Reviewed by Austin Powell, Fri., June 11, 2010
MGMTStubb's, June 6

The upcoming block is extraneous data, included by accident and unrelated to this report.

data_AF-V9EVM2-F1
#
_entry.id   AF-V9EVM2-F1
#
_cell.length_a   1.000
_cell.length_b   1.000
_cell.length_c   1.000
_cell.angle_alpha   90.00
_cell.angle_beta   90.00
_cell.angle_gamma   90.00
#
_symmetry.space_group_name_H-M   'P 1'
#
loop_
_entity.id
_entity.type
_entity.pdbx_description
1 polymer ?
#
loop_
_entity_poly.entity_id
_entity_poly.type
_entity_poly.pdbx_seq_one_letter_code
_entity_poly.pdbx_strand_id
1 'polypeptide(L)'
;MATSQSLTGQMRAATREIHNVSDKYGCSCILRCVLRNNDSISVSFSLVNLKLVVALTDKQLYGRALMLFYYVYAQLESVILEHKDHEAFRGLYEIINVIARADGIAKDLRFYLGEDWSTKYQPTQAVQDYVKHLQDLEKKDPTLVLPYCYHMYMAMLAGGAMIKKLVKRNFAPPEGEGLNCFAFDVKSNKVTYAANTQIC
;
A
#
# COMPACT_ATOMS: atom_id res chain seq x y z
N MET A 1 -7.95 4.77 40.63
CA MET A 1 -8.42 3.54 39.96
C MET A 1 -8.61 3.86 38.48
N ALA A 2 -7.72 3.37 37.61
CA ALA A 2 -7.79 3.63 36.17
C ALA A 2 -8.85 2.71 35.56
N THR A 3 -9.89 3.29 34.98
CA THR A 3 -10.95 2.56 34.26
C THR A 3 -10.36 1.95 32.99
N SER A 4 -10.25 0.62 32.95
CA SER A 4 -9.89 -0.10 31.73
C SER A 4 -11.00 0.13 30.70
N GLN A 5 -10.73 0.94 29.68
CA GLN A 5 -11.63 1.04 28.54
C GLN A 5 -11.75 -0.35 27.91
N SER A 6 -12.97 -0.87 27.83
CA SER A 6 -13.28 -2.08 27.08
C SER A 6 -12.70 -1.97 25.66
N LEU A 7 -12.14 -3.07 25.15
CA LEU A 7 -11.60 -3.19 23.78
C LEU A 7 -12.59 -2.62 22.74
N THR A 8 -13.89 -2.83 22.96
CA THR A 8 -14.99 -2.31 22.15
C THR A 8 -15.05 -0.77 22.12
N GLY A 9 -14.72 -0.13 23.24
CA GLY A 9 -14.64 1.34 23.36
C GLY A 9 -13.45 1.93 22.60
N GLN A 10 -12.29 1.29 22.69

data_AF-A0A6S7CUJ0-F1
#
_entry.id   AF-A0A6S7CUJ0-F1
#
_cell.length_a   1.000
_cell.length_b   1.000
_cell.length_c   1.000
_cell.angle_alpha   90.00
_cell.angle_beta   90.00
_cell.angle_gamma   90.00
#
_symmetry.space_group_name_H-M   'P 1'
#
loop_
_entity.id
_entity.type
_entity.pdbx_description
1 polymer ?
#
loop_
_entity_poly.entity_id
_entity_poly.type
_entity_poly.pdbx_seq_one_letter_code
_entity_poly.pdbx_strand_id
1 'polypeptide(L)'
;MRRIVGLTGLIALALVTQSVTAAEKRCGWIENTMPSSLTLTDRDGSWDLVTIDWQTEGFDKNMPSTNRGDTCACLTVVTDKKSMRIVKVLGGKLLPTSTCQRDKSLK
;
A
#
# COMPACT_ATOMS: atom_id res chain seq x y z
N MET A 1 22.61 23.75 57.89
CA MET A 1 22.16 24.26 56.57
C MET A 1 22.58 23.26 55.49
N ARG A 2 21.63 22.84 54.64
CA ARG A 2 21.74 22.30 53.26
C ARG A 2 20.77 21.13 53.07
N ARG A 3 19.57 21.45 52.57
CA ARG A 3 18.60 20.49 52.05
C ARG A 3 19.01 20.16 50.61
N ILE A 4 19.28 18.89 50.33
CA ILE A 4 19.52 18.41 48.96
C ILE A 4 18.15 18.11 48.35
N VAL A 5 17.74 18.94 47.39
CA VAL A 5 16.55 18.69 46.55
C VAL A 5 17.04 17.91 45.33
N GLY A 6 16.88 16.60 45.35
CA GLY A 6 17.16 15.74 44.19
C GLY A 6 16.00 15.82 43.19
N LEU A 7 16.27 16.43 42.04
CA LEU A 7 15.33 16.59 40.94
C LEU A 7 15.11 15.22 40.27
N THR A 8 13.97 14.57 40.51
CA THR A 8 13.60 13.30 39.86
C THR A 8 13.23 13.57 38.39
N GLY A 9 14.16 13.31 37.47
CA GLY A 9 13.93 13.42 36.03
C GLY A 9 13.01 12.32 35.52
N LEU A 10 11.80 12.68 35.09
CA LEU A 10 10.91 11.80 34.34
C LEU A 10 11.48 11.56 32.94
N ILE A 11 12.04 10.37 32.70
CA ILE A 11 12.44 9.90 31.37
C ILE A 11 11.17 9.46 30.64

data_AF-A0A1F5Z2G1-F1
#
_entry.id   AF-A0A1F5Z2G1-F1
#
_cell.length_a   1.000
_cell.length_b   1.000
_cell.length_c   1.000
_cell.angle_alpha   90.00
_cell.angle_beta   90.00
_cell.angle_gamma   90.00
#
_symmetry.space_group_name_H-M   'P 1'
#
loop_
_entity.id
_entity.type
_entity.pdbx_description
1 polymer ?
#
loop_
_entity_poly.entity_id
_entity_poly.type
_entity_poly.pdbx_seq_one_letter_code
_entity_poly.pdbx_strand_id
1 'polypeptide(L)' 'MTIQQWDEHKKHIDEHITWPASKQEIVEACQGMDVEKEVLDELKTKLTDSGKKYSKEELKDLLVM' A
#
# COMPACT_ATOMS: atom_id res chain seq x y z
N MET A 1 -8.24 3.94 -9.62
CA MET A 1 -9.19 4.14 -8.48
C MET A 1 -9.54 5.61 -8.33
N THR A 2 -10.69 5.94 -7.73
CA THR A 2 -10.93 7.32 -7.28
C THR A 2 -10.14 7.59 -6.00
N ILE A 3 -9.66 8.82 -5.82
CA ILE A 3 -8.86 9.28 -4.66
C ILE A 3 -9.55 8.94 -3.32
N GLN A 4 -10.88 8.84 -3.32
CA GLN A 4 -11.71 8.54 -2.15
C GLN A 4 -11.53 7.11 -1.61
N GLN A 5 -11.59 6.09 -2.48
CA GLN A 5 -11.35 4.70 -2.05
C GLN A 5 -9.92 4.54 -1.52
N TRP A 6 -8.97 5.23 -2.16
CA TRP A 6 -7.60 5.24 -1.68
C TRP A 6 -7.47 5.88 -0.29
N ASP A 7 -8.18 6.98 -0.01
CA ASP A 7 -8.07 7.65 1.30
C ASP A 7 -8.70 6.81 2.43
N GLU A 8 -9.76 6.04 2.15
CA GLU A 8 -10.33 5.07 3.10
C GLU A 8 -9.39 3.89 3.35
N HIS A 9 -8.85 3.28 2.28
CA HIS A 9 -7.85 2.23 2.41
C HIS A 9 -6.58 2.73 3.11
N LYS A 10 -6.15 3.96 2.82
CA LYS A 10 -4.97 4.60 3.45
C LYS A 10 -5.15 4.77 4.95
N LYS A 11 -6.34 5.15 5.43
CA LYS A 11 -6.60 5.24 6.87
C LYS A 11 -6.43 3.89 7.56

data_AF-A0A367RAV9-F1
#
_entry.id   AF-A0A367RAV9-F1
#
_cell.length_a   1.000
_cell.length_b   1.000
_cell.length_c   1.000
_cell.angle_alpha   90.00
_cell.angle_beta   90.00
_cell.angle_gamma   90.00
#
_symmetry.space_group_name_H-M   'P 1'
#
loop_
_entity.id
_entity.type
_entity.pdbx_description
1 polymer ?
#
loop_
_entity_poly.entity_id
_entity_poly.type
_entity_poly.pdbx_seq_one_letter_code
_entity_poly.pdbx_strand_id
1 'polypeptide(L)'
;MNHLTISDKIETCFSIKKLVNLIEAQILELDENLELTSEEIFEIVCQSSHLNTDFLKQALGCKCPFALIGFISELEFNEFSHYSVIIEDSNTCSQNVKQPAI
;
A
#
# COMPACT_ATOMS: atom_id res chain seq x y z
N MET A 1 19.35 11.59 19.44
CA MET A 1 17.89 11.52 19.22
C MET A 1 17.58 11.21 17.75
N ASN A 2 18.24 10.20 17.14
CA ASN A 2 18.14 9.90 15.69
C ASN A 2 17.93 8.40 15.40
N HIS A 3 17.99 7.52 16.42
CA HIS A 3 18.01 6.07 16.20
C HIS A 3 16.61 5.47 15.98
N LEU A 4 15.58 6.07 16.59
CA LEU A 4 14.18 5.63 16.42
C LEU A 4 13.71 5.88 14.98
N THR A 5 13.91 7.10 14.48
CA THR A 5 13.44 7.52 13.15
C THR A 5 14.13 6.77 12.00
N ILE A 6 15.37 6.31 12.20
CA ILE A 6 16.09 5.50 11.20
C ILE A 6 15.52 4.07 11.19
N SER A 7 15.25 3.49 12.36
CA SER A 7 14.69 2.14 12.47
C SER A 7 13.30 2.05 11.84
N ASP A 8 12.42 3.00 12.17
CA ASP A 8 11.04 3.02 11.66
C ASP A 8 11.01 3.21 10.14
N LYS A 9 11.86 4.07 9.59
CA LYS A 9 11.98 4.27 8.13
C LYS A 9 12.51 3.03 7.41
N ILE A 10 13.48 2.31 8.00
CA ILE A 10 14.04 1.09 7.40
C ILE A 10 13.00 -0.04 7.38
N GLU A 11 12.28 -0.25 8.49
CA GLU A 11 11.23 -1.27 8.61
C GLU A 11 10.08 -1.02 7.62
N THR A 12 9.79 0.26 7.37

Thax Douglas makes an odd master of ceremonies. The recent Chicago transplant is the Beatle Bob of street poetry, introducing bands with scribbled psychedelic ramblings from his notebook journal. Even more so than opener Tame Impala – an Australian classic rock quartet that recalled Spiritualized without the Pink Floyd fixation – Douglas' "Ode to MGMT" was an oddly prescient preamble to the curiosity that followed, something about the color red and a bridge that concluded, "long ago when the rainbow was first bleeding across the sky." Having achieved the level of success and celebrity the Brooklyn outfit openly mocked on its splendid 2008 debut Oracular Spectacular, MGMT similarly followed its muse into more surreal territory with this year's Congratulations, a sophomore head-scratcher with more tangents than hooks and nothing that even remotely resembles a radio single. The band's 75-minute set at Stubb's – and the sold-out audience's attention – was torn between those two extremes, interspersing nuggets like the extended disco-glam of "Electric Feel," the swelling guitar-aurora "Weekend Wars," and certified anthem "Time to Pretend" between long stretches of the new LP, with only "Flash Delirium" and Roxy Music pastiche "Brian Eno" fully adapting to the live setting. There were unexpected highlights, like the Suicide-baiting rarity "Destrokk" and acoustic opener "Pieces of What," which sounded like a lost demo from David Bowie's Space Oddity, but the lasting impression was one of general ambivalence. For encore closer "Kids," MGMT abandoned its instruments in favor of a rousing round of karaoke, self-satisfied and complacent.